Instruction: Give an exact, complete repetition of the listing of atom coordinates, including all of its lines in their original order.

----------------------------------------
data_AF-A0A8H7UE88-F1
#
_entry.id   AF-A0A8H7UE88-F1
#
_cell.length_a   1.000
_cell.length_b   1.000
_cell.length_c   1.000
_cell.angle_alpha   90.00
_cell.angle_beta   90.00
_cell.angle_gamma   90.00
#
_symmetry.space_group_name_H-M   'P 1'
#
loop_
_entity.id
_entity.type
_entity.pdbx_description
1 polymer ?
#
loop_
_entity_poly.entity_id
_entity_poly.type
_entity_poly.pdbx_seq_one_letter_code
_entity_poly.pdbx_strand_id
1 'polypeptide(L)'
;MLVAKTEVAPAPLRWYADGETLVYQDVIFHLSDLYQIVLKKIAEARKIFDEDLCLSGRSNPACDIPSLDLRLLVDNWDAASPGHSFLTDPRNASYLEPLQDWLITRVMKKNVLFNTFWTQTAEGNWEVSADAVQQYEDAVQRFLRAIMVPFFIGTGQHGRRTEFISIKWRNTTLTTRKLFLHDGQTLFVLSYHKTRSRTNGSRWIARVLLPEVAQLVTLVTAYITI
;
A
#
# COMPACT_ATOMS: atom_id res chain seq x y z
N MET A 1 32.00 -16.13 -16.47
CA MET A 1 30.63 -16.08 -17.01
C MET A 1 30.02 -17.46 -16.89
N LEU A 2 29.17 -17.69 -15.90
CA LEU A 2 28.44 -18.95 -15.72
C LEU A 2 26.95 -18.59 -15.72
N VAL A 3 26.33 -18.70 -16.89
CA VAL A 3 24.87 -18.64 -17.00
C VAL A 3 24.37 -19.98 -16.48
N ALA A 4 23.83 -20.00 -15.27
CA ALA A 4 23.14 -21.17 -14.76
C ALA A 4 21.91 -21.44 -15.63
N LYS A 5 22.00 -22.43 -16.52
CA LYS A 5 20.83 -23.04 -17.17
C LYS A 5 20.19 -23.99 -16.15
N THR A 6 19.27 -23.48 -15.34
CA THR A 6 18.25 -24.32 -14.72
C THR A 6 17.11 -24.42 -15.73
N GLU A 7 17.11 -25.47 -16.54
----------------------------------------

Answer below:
data_AF-A0A8H7UE88-F1
#
_entry.id   AF-A0A8H7UE88-F1
#
_cell.length_a   1.000
_cell.length_b   1.000
_cell.length_c   1.000
_cell.angle_alpha   90.00
_cell.angle_beta   90.00
_cell.angle_gamma   90.00
#
_symmetry.space_group_name_H-M   'P 1'
#
loop_
_entity.id
_entity.type
_entity.pdbx_description
1 polymer ?
#
loop_
_entity_poly.entity_id
_entity_poly.type
_entity_poly.pdbx_seq_one_letter_code
_entity_poly.pdbx_strand_id
1 'polypeptide(L)'
;MLVAKTEVAPAPLRWYADGETLVYQDVIFHLSDLYQIVLKKIAEARKIFDEDLCLSGRSNPACDIPSLDLRLLVDNWDAASPGHSFLTDPRNASYLEPLQDWLITRVMKKNVLFNTFWTQTAEGNWEVSADAVQQYEDAVQRFLRAIMVPFFIGTGQHGRRTEFISIKWRNTTLTTRKLFLHDGQTLFVLSYHKTRSRTNGSRWIARVLLPEVAQLVTLVTAYITI
;
A
#
# COMPACT_ATOMS: atom_id res chain seq x y z
N MET A 1 32.00 -16.13 -16.47
CA MET A 1 30.63 -16.08 -17.01
C MET A 1 30.02 -17.46 -16.89
N LEU A 2 29.17 -17.69 -15.90
CA LEU A 2 28.44 -18.95 -15.72
C LEU A 2 26.95 -18.59 -15.72
N VAL A 3 26.33 -18.70 -16.89
CA VAL A 3 24.87 -18.64 -17.00
C VAL A 3 24.37 -19.98 -16.48
N ALA A 4 23.83 -20.00 -15.27
CA ALA A 4 23.14 -21.17 -14.76
C ALA A 4 21.91 -21.44 -15.63
N LYS A 5 22.00 -22.43 -16.52
CA LYS A 5 20.83 -23.04 -17.17
C LYS A 5 20.19 -23.99 -16.15
N THR A 6 19.27 -23.48 -15.34
CA THR A 6 18.25 -24.32 -14.72
C THR A 6 17.11 -24.42 -15.73
N GLU A 7 17.11 -25.47 -16.54